• Euro - 2 EUR
  • US Dollar - 2.5 USD
  • Australian Dollar - 3 AUD
  • Pound Sterling - 1.5 GBP + commission of 1.5%
  • Swiss Franc - 2.5 CHF
  • Canadian Dollar - 3 CAD.

One last thing to note on the subject of fees. All Post Office Travel cards are valid for up to 3 years. Exactly 12 months after your card expires, you’ll start to be charged a monthly maintenance fee of £2².

Here is also a list of the European countries that charge the highest ATM fees.

Exchange rates

The Post Office offers exchange rates that move up and down according to the demand for currencies. So, the exact amount of travel money you’ll receive on your travel card will depend on the rate at the time of your purchase.

You can check the Post Office exchange rates on its website, travel money card app and branches. Keep in mind though that rates may vary whether you’re buying online, via phone or in-store.

The Post Office exchange rate is also likely to include a margin or mark-up on the mid-market rate. This is the rate you’ll find on Google or currency sites like XE.com, and is generally considered to be a fair rate. A margin added on top of this makes the rate worse for you, so you’ll get less EUR, USD or whatever other currency you’re exchanging.

Wise only ever uses the mid-market exchange rate, with no mark-ups or margins. This means that your pounds go further, wherever you’re travelling to.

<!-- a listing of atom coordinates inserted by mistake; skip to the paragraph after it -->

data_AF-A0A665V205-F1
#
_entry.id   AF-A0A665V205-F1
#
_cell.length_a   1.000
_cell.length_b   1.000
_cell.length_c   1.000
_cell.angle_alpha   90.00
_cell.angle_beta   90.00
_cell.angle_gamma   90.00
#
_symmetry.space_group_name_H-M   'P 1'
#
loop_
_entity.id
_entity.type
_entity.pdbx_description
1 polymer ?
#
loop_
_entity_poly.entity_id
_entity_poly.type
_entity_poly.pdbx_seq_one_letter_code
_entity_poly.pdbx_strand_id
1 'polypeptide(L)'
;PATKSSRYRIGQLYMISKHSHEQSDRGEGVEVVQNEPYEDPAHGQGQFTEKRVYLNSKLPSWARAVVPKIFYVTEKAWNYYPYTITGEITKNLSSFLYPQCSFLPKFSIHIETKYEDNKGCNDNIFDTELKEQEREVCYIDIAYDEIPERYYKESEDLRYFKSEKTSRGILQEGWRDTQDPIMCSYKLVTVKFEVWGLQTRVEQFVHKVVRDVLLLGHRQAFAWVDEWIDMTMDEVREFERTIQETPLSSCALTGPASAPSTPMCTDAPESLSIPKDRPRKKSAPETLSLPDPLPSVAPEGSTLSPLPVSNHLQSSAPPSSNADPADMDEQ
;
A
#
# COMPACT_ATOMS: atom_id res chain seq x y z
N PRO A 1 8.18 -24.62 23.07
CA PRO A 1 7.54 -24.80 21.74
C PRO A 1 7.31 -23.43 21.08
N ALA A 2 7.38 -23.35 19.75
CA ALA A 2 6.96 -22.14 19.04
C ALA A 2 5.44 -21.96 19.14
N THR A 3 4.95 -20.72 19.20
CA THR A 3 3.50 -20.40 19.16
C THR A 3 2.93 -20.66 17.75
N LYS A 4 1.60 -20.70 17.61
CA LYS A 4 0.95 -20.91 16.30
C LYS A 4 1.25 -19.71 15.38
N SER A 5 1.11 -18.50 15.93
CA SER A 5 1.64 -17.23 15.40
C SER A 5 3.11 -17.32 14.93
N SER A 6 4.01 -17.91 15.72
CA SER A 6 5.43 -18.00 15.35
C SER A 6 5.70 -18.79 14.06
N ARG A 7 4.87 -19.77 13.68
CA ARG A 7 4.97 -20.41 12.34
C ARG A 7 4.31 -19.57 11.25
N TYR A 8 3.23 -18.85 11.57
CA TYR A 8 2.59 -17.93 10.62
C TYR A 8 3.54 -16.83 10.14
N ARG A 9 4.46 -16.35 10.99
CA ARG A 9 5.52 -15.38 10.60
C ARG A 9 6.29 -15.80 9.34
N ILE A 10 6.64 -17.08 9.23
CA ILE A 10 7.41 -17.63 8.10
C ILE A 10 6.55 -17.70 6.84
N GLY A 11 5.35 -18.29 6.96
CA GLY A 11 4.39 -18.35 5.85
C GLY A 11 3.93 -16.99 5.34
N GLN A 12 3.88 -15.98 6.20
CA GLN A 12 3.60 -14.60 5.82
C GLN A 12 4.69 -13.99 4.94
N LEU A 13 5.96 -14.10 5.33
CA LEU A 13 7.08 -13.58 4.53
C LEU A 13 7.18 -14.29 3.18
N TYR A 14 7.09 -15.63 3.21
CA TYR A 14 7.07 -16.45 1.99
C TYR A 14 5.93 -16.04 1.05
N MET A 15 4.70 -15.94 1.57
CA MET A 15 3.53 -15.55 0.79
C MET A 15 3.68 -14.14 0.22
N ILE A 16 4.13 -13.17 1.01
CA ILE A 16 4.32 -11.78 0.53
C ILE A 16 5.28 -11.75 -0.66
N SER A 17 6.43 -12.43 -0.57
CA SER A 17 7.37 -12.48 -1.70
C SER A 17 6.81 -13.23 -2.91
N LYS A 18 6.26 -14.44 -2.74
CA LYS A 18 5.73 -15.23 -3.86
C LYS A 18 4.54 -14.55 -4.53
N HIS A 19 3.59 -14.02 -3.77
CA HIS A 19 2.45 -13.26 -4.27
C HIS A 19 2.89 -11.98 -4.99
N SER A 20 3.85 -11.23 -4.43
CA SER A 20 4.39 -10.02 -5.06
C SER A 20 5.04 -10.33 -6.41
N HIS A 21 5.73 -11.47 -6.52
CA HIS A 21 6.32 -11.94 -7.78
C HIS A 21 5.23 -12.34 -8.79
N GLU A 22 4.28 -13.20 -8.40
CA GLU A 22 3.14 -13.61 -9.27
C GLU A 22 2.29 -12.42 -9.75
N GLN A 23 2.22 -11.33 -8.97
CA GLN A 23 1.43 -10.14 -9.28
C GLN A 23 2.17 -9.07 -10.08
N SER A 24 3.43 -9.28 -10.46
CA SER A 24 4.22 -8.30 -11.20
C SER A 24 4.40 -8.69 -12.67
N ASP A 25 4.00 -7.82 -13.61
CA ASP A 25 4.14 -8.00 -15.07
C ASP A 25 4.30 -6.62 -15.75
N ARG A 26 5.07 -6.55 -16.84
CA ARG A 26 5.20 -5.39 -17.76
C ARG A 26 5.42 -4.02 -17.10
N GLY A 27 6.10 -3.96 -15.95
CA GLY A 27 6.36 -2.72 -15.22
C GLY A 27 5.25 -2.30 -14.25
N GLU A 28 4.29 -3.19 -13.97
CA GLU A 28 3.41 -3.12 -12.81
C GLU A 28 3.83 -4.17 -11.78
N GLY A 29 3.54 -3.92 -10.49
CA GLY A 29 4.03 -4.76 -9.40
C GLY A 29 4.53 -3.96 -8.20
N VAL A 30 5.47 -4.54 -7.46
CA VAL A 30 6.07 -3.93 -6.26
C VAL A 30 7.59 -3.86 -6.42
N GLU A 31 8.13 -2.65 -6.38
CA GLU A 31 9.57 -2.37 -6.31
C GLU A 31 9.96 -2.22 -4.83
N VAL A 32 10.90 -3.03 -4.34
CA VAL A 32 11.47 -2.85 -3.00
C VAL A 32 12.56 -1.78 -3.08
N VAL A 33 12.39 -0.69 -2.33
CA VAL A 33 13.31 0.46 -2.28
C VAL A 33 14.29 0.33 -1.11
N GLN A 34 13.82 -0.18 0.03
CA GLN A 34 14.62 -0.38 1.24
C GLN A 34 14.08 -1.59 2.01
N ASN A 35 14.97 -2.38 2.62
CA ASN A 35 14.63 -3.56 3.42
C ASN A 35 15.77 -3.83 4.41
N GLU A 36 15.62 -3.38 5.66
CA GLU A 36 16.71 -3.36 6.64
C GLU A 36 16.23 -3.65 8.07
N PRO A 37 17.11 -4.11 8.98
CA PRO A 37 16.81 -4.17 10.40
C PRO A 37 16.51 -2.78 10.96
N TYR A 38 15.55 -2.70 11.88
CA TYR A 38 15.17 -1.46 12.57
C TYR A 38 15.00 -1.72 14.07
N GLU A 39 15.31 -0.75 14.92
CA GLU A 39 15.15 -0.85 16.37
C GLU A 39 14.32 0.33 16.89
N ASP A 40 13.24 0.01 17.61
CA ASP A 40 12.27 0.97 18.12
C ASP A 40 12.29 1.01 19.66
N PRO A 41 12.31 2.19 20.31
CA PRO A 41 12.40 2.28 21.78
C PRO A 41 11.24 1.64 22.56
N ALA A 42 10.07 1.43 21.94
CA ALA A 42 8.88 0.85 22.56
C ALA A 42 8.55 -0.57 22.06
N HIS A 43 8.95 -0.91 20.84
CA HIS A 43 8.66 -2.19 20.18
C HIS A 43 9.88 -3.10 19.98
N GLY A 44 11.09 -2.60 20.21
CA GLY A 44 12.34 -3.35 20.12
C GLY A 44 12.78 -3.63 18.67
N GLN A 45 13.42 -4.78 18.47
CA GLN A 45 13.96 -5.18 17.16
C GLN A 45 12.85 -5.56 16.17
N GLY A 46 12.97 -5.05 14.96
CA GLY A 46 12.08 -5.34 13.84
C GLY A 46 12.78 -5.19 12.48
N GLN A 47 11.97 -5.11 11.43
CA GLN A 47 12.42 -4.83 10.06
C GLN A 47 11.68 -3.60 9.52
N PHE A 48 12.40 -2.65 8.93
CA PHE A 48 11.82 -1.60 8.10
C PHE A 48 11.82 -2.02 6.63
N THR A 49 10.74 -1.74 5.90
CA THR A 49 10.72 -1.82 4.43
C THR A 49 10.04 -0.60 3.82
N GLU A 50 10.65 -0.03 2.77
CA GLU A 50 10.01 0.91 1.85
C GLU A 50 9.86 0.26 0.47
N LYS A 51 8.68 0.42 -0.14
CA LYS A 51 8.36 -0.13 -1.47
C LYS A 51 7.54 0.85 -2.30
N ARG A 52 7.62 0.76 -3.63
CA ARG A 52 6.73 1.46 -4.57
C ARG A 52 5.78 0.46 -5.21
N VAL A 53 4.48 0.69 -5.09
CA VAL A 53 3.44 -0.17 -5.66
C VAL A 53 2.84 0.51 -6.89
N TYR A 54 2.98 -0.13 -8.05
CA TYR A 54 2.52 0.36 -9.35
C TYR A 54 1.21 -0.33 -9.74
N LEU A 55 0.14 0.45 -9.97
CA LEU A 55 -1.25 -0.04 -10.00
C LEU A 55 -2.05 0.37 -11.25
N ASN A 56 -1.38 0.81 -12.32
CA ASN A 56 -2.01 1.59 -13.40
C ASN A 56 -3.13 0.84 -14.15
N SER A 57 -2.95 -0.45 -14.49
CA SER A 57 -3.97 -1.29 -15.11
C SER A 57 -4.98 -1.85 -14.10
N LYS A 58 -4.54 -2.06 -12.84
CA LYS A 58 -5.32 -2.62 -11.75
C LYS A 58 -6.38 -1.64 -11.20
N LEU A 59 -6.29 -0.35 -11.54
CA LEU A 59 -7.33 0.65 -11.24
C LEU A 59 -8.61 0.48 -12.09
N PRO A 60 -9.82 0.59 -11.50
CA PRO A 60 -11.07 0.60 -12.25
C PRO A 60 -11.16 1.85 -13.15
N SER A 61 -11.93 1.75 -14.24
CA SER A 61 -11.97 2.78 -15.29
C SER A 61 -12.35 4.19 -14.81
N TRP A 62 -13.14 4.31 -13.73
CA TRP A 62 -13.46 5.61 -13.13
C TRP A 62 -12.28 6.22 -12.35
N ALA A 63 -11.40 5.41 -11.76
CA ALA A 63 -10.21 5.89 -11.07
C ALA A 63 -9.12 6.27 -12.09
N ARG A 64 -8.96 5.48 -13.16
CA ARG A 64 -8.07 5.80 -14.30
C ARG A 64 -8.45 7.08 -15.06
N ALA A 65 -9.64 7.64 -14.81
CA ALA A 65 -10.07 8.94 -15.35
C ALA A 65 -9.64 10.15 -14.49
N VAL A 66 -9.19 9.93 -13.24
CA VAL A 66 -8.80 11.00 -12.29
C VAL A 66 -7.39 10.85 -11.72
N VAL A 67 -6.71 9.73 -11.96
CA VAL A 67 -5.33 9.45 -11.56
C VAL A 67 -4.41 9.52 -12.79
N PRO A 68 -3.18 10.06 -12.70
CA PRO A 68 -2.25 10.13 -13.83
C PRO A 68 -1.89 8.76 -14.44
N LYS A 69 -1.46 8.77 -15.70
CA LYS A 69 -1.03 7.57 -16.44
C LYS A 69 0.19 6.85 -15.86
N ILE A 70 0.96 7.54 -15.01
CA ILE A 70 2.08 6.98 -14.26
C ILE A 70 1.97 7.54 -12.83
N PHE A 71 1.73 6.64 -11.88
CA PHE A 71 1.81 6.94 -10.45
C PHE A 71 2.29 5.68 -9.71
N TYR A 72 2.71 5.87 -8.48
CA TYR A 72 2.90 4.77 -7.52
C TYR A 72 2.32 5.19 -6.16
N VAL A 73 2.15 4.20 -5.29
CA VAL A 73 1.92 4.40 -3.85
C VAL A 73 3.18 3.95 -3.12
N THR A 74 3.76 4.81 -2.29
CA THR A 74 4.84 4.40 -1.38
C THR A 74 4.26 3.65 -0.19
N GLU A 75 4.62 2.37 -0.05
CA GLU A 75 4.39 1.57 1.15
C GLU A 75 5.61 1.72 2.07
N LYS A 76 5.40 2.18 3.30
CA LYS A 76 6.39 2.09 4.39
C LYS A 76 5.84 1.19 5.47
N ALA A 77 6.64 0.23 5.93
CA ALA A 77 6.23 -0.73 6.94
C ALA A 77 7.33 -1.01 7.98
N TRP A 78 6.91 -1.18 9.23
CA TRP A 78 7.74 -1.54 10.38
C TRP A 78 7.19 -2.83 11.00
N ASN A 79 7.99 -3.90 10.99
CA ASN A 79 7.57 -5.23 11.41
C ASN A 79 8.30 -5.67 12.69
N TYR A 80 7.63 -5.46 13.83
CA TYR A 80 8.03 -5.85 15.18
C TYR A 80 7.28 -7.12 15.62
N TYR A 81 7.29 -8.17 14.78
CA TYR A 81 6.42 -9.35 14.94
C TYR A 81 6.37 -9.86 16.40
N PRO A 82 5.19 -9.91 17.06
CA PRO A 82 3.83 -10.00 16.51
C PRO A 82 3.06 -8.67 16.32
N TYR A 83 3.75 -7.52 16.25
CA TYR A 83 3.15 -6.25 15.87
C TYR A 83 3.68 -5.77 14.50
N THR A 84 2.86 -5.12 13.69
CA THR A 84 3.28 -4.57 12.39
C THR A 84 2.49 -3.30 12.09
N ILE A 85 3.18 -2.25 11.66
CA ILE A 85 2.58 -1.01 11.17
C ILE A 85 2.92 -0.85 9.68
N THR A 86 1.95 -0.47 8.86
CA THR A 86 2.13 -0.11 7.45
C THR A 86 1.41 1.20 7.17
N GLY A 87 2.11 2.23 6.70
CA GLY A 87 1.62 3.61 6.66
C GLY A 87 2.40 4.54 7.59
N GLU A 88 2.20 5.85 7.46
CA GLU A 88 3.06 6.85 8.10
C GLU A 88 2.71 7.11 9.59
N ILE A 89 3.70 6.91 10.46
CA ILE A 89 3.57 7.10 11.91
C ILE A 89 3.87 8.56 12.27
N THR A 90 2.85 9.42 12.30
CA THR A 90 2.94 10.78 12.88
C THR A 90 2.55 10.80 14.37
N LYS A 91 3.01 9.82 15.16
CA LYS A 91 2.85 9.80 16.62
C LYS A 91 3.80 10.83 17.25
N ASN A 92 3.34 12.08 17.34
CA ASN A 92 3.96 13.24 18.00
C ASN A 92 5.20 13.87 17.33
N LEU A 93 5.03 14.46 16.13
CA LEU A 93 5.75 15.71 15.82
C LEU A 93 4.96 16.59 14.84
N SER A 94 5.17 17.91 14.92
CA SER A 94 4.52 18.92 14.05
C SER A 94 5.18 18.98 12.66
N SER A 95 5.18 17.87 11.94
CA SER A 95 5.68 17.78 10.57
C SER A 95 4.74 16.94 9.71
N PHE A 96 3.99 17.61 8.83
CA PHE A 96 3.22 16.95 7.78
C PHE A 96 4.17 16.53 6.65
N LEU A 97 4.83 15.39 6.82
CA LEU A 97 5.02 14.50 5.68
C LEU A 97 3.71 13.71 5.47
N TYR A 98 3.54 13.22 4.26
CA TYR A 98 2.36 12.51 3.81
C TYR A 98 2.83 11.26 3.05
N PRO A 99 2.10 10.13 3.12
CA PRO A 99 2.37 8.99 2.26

Currencies supported

You can load your Post Office prepaid travel card with funds in any of these 23 currencies²:

  • EUR – Euro
  • USD – US dollar
  • AUD – Australian dollar
  • AED - UAE dirham
  • CAD – Canadian dollar
  • CHF – Swiss franc
  • CNY – Chinese yuan
  • CZK – Czech koruna
  • DKK – Danish kroner
  • GBP – Pound sterling
  • HKD – Hong Kong dollar
  • HRK – Croatian kuna
  • HUF – Hungarian forint
  • JPY – Japanese yen
  • NOK – Norwegian krone
  • NZD – New Zealand dollar
  • PLN – Polish zloty
  • SAR – Saudi riyal
  • SEK – Swedish kronor
  • SGD – Singapore dollar
  • THB – Thai baht
  • TRY – Turkish lira
  • ZAR – South African rand

Limits

You can top up your card with between £50 and £5,000 in any of the currencies listed above. The maximum you can hold is £10,000, plus you can load and spend up to £30,000 on your card each year².

Cash withdrawal limits vary from currency to currency. For example, you can withdraw a maximum of €450 euros or $500 US dollars² in a single transaction.

App overview

The Post Office Travel app is free to download from the Google Play and Apple App stores. You can use it to order and activate your card, monitor your balance and top up with currencies. Using the new wallet-to-wallet feature, you can also transfer leftover currency to other currencies of your choice in just a few taps.

You can also buy Post Office travel insurance, book airport parking and access other features through the app.

How good is the Post Office prepaid travel card?

The Post Office travel card is handy to have if you’re travelling and want to keep your money safe. You won’t need to carry cash around with you, or have to take time out of your trip to change currency.